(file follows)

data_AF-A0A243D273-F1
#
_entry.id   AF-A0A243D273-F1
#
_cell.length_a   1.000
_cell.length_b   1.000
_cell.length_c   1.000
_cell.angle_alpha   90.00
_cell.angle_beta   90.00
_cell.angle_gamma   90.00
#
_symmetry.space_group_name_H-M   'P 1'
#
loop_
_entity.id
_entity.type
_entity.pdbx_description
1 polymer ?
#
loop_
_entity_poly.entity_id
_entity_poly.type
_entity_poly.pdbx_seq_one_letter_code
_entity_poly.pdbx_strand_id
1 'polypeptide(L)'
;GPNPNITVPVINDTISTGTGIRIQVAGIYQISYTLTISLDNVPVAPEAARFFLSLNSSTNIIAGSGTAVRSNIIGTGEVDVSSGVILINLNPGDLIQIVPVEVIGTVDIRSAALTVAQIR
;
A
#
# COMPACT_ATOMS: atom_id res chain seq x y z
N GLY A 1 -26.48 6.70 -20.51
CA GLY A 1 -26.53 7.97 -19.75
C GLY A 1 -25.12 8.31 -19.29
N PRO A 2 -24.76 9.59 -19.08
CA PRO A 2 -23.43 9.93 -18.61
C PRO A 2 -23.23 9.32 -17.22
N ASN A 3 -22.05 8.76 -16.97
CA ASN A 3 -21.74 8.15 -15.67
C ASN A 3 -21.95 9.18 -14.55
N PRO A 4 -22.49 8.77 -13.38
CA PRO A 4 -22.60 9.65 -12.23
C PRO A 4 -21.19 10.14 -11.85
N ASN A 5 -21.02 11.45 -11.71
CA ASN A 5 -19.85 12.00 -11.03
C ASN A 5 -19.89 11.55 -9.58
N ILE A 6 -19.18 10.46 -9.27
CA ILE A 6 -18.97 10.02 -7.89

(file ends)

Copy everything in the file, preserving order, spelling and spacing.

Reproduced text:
data_AF-A0A243D273-F1
#
_entry.id   AF-A0A243D273-F1
#
_cell.length_a   1.000
_cell.length_b   1.000
_cell.length_c   1.000
_cell.angle_alpha   90.00
_cell.angle_beta   90.00
_cell.angle_gamma   90.00
#
_symmetry.space_group_name_H-M   'P 1'
#
loop_
_entity.id
_entity.type
_entity.pdbx_description
1 polymer ?
#
loop_
_entity_poly.entity_id
_entity_poly.type
_entity_poly.pdbx_seq_one_letter_code
_entity_poly.pdbx_strand_id
1 'polypeptide(L)'
;GPNPNITVPVINDTISTGTGIRIQVAGIYQISYTLTISLDNVPVAPEAARFFLSLNSSTNIIAGSGTAVRSNIIGTGEVDVSSGVILINLNPGDLIQIVPVEVIGTVDIRSAALTVAQIR
;
A
#
# COMPACT_ATOMS: atom_id res chain seq x y z
N GLY A 1 -26.48 6.70 -20.51
CA GLY A 1 -26.53 7.97 -19.75
C GLY A 1 -25.12 8.31 -19.29
N PRO A 2 -24.76 9.59 -19.08
CA PRO A 2 -23.43 9.93 -18.61
C PRO A 2 -23.23 9.32 -17.22
N ASN A 3 -22.05 8.76 -16.97
CA ASN A 3 -21.74 8.15 -15.67
C ASN A 3 -21.95 9.18 -14.55
N PRO A 4 -22.49 8.77 -13.38
CA PRO A 4 -22.60 9.65 -12.23
C PRO A 4 -21.19 10.14 -11.85
N ASN A 5 -21.02 11.45 -11.71
CA ASN A 5 -19.85 12.00 -11.03
C ASN A 5 -19.89 11.55 -9.58
N ILE A 6 -19.18 10.46 -9.27
CA ILE A 6 -18.97 10.02 -7.89